How To Take Advantage of Mobile Business Technology
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Mobile is everywhere, but capitalizing on it requires planning

If you’re one of the 64 percent of U.S. adults who owns a smart phone , you’ve probably come to consider your mobile device an extension of yourself—ever-present and infinitely useful. That same ubiquity and utility can be just as handy for your company as a whole. “Mobile technology is no longer just a unique novelty option for businesses,” says Erin Morgan, senior vice president, digital strategy at Regions. “It’s a must-have resource.” In fact, Morgan says, mobile technologies can help your company respond more quickly and directly to current and potential customers, allow your employees to be more productive, and provide data-driven insights to better serve your market and improve business processes. Here are five things to keep in mind as you build your company’s mobile strategy:

  1. Meet – and exceed – your stakeholders’ expectations. Increasingly, consumers are expecting to conduct business via mobile whenever and wherever they please. Inevitably, this same expectation will extend to B2B customers and employees as well. “Every time customers are exposed to a new experience, their expectations go up a notch,” Morgan says. “That’s a strong driver for any new technology adoption.” But it’s not the only driver. “Whenever we consider a new technology, there are two questions we ask,” she explains. “The first is, ‘what is the added value for customers?’ and the second is, ‘is this the best way to deliver that value?’”
  2. Develop a strategy. “All businesses should include mobile technology as a primary solution for their sales or services strategy,” Morgan says. “It has become table stakes for any technology initiative. The rule is now, ‘mobile first.’” Your strategy should revolve around customer expectations and the best way to meet them. Consider doing research such as an analysis of mobile offerings from diverse industries like airlines, financial institutions, or retail stores. Additionally, conduct formal or informal customer polling to establish which mobile capabilities to prioritize.
  3. Reach for the cloud. The great news about mobile is that unlike previous generations of technology, you may not have to build anything in house. (Exceptions to this would be strategies that hinge on creating a unique mobile product such as an app.) Most cloud-based services such as customer relationship managers (CRMs) or accounting packages include secure mobile access for employees and even customers. As you consider migrating business processes to these services, keep in mind how their mobile capabilities can transform your customers’ and employees’ experience interacting with your company.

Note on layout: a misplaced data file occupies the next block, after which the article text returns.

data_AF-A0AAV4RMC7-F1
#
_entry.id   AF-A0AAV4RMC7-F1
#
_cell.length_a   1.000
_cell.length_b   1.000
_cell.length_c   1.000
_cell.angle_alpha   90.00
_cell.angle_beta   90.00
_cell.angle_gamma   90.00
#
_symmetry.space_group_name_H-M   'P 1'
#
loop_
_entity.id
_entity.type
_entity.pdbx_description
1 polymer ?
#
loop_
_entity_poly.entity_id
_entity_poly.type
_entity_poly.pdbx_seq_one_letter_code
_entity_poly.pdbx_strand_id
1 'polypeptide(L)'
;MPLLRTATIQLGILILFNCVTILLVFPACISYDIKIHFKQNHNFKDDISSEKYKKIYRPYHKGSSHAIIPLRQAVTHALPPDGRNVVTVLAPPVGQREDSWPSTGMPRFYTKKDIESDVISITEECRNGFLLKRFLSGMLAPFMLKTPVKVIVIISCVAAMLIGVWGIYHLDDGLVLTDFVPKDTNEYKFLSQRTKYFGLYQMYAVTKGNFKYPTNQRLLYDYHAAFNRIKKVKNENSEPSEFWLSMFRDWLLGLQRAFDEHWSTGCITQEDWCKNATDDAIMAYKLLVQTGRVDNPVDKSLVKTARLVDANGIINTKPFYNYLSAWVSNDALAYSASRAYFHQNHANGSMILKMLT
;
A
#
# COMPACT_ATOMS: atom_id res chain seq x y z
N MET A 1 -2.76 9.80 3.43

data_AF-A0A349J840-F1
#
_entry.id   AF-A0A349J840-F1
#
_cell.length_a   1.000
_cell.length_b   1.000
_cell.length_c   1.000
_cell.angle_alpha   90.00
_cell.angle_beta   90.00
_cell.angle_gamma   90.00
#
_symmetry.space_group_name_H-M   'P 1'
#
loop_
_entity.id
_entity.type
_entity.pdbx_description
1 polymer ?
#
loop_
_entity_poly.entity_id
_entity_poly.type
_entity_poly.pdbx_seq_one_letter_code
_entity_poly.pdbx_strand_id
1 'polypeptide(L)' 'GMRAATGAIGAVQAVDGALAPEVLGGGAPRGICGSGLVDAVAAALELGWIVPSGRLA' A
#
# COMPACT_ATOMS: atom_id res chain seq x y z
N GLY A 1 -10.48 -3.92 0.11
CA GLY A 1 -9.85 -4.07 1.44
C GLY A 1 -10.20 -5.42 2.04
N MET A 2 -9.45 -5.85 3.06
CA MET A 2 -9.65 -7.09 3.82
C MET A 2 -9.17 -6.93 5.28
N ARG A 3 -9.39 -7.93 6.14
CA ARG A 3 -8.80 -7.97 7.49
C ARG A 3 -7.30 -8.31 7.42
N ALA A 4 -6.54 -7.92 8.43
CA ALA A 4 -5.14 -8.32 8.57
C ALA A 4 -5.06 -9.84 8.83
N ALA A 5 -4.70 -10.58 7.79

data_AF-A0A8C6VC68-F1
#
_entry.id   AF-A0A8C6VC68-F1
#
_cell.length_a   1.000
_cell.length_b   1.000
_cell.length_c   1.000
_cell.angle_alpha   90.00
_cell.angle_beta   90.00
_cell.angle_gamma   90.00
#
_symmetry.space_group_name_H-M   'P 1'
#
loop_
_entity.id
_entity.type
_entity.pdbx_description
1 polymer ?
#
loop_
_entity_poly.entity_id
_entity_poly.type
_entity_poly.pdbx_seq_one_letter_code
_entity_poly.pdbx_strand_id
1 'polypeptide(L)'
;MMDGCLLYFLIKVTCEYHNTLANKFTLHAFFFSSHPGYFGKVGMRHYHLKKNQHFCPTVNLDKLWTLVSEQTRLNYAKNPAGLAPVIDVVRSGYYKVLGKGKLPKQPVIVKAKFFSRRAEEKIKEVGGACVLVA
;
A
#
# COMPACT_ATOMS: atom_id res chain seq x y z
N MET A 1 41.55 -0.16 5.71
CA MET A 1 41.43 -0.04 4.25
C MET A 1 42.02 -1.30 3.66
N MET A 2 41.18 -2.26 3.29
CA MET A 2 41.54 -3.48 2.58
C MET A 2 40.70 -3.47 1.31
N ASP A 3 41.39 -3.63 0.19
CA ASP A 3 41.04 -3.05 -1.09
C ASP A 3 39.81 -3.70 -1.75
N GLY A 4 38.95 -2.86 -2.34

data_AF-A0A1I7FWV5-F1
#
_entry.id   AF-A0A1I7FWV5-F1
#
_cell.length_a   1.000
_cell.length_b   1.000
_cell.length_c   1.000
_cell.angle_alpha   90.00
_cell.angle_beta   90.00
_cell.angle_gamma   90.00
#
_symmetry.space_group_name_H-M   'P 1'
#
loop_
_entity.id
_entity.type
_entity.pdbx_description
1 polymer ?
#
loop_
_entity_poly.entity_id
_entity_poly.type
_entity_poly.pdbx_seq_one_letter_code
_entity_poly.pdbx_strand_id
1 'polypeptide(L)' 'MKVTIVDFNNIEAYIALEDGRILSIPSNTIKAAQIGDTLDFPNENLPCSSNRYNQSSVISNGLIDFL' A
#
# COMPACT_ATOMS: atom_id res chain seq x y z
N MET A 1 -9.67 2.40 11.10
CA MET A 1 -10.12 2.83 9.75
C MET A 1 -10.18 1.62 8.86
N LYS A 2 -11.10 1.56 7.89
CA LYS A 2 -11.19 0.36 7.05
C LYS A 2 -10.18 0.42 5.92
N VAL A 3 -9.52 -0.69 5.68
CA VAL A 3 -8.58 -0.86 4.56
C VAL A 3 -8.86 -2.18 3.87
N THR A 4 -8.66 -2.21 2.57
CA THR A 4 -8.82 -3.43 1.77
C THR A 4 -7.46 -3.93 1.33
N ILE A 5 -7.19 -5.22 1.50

4. Protect your data. When giving access to your company data to employees and customers, security and privacy should be your top concerns. You can address these with a combination of education, policy, and technology. Begin by educating users, whether customers or employees, with best practices for safeguarding information. Back that up with a clear written policy that spells out the consequences of any violation. And finally, make sure that your technology reinforces these best practices and policies by, for example, requiring strong passwords or multi-step verification, limiting access to need-to-know data, and remote-wiping data from a lost or stolen device.
  5. Consider the back end. Simply automating the front end or customer-facing aspects of your business is not likely to offer real improvement, Morgan notes. Where would online retail giants be, for example, if their online ordering systems weren’t backed up by highly automated warehouse and delivery processes? As you develop your company’s mobile strategy, use it as an opportunity to re-think and streamline processes throughout the value chain.

Mobile computing offers an exciting new frontier for businesses, but it’s up to individual companies to choose which capabilities they should offer customers, employees, and other stakeholders. The litmus test should always be creating value for the end user as well as the company as a whole.

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This information is general in nature and is provided for educational purposes only. Regions makes no representations as to the accuracy, completeness, timeliness, suitability, or validity of any information presented. Information provided and statements made by employees of Regions should not be relied on or interpreted as accounting, financial planning, investment, legal, or tax advice. Regions encourages you to consult a professional for advice applicable to your specific situation.